British comic Eddie Izzard burst into the American pop consciousness as a false eyelash-wearing standup comic with performance sensibilities that owed as much to David Bowie as Monty Python. But Izzard is always evolving, having built a solid second career as a dramatic actor in difficult plays by David Mamet, mainstream Hollywood films like Ocean's Twelve and in TV shows like Hannibal and The Riches. In 2009, he surprised the world by running 43 marathons in 51 days with no previous experience as a long-distance runner. In short, Eddie Izzard is not the kind of performer one can easily sum up in a few words, unless those words are smart, funny, and unpredictable.
Flyer: I tried to learn your language for this interview, but I'm not gifted like that.
Eddie Izzard: I speak English.
So, this isn't your first time in Memphis?
No, it's not. In fact, my first ever performance in America was as a street performer in Memphis. There's an Overton Park there, right?
And an Overton Square.
Yes, but they aren't the same. The park is park-like and the Square is...
It's like a triangle or something. I did my first show in Overton Square in 1987. I was performing with the US Marines' Military Band at the Memphis In May Festival. I was riding on a 5-foot unicycle escaping from a pair of handcuffs. I wasn't paid for my performance. We were all flown over and all expenses were paid, but they didn't pay us a fee because we were street performers, and we couldn't command very much.
Did Memphis appreciate the unicycling act?
I think people were bemused. But it was a brand new show, so I didn't know quite what I was doing. The main thing people would say to me — because I was walking around with this 5-foot unicycle — was "Ride that thang, Eddie boy." In the end I'd say, "No, you ride that thang."
I think "Ride that Thang" may be a good title for this piece I'm writing.
I play the Hollywood Bowl now, you know — "From Overton Square to the Hollywood Bowl" — that would be a good title.
Does comedy change from country to country and language to language?
It doesn't change at all. The only thing that changes is the references. If a mainstream comedian in America and a mainstream comedian in Britain swapped over, it wouldn't work. But if they lived in that country and got immersed in that country and were still doing comedy then it would work. In terms of a more progressive comedian like myself, I'm fascinated by the whole world, and I'm anxious to get out there and play it. So I've chosen references that are more universal. I use references like dinosaurs and God and human sacrifice. Why the hell did we do that? Ancient kings: were they idiots? You can play that in Moscow and people understand it. Or you can play that in Los Angeles or Memphis and people understand it. Everywhere in the world gets it.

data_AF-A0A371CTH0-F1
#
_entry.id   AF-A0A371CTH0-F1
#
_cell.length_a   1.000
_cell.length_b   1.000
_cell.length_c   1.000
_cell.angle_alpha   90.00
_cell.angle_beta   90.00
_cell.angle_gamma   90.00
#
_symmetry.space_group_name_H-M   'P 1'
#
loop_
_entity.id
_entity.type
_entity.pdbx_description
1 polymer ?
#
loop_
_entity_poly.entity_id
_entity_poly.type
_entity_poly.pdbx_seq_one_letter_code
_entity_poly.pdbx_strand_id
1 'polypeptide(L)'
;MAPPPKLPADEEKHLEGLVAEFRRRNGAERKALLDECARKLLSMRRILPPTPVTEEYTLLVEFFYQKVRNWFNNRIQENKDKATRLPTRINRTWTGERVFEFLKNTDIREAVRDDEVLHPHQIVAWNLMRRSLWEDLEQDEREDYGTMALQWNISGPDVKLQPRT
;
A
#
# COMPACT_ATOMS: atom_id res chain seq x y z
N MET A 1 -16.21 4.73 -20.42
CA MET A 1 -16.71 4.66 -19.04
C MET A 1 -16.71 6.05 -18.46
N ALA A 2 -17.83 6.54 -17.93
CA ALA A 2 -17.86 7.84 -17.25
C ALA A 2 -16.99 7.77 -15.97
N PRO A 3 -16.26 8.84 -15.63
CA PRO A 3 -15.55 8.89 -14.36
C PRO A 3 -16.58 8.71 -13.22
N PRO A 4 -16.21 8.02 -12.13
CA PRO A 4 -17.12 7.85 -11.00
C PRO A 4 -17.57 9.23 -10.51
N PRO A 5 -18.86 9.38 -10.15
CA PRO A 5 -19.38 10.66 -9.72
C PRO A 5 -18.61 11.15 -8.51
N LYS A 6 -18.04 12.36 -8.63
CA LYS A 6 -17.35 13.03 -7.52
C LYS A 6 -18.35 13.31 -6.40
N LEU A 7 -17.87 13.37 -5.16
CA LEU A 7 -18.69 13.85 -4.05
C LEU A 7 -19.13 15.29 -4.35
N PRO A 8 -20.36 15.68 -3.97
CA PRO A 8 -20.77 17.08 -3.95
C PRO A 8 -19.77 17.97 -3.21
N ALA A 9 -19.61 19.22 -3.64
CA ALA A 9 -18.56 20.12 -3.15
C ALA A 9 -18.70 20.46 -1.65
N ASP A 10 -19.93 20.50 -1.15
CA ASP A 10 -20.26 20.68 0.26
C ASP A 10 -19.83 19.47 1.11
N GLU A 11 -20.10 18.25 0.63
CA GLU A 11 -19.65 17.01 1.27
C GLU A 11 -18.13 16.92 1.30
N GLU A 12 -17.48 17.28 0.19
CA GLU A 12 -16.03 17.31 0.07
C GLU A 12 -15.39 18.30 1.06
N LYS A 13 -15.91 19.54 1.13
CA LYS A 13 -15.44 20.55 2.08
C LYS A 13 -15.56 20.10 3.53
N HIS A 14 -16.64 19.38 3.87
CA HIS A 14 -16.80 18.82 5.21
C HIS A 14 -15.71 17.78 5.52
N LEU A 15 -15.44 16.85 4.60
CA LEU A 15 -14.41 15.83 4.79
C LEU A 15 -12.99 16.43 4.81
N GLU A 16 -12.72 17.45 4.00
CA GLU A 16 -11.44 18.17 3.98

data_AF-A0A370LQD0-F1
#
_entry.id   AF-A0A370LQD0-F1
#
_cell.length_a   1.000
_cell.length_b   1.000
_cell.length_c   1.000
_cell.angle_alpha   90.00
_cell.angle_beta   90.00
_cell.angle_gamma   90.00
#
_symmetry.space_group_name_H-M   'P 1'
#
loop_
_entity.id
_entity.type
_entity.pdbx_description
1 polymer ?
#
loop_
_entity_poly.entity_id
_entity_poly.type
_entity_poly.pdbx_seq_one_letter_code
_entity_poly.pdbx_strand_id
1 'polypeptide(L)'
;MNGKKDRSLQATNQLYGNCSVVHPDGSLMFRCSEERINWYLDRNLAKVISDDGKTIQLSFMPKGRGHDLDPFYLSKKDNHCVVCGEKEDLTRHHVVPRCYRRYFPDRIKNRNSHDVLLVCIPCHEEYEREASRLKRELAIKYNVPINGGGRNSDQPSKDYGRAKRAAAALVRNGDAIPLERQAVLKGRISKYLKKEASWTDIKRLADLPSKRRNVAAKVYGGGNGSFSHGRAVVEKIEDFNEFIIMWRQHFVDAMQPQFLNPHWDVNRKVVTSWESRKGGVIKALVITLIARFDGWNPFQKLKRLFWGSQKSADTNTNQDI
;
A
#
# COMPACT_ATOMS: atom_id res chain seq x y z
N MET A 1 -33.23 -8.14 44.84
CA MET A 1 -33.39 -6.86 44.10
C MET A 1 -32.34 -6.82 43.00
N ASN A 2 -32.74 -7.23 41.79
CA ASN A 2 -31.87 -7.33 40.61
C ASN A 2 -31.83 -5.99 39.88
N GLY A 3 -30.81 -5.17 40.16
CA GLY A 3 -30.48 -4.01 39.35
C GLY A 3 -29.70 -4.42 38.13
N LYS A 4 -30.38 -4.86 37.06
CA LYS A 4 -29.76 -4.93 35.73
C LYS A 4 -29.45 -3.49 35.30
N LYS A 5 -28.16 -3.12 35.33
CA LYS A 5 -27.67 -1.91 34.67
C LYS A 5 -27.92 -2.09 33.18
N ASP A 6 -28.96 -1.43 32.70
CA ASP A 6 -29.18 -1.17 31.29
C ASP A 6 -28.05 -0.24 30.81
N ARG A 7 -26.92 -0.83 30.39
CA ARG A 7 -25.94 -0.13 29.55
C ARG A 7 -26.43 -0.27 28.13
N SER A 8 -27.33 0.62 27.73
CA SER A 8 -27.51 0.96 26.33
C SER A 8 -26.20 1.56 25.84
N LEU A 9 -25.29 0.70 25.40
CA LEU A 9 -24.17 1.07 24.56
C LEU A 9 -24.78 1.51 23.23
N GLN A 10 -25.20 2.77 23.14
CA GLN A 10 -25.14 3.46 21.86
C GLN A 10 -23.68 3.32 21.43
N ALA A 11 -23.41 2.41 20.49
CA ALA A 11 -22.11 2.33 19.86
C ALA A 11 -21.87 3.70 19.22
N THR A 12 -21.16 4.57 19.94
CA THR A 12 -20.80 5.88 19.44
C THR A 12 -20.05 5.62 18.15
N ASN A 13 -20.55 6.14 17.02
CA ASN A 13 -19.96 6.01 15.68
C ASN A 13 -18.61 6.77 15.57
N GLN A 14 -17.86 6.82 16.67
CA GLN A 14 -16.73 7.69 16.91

So you really are trying to find a more universal kind of comedy instead of tailoring performances to suit different cultures.
Yes. Oh, yes. That would take a lot of work and I'm quite a lazy person. I'm like a big tanker ship. Once I get going I can keep going, but once I stop I don't like to get going again. So I thought why not keep the comedy the same. Still intelligent. Still very silly and [Monty] Python influenced.
You mention the Python influence. What was it like working on Terry Jones’ film Almost Anything with all the surviving Pythons?
Unfortunately, I already shot my piece. It’s really more of a Simon Pegg and Kate Beckham film directed by Terry Jones, and I think all the Pythons are doing voices to animated characters. So we weren’t all there on the set together doing scenes.
You describe your work as Pythonesque, but they also claim you as well. I think John Cleese called you the, “lost Python.” That has to be affirming.
It’s totally fantastic. I was a huge student of their work and can repeat it endlessly: “Strange women lying in ponds distributing swords is no basis for a system of government.” It’s beautiful stuff.
And the surreal quality of that kind of humor also crosses languages.
Mainstream musicians play to mainstream audiences around the world. Alternative musicians will play to alternative audiences. It’s the same with comedy. Those audiences are there, you’ve just got to find them.
You described yourself as lazy, but you are constantly touring and doing film and TV. And you did that whole thing where you ran all the marathons.
That’s part of the big ship thing. Once it’s in motion, it can keep on going. Some of my gigs feel like rest. Two months in Berlin was quite restful, really. Two months in Paris.
When I read other interviews for "Force Majeure," it seems like you've confused a few people. From fashion to material, they don't always seem to understand why you aren't the Eddie Izzard they expect or the Eddie Izzard they want you to be.
Right. That idea that people are saying there's this one thing you do that we like that and want more of it, just doesn't appeal to me. It's my life so I get to write it.
There's really no easy way to shorthand all that you do.
Yes, it can be quite difficult. I think some people may block me and say, "Oh, he's that transvestite guy. I'm not going to watch anything he does." I try to be open and honest and try different things. And I think people who care, who give a damn, who want to change the world for the better, also seem to give a damn about what I'm doing. That's great. And I think the people who hate what I do are probably out there doing bad things in the world. Eddie Izzard's "Force Majeure" at the Orpheum, Sunday, May 26th, 8 p.m.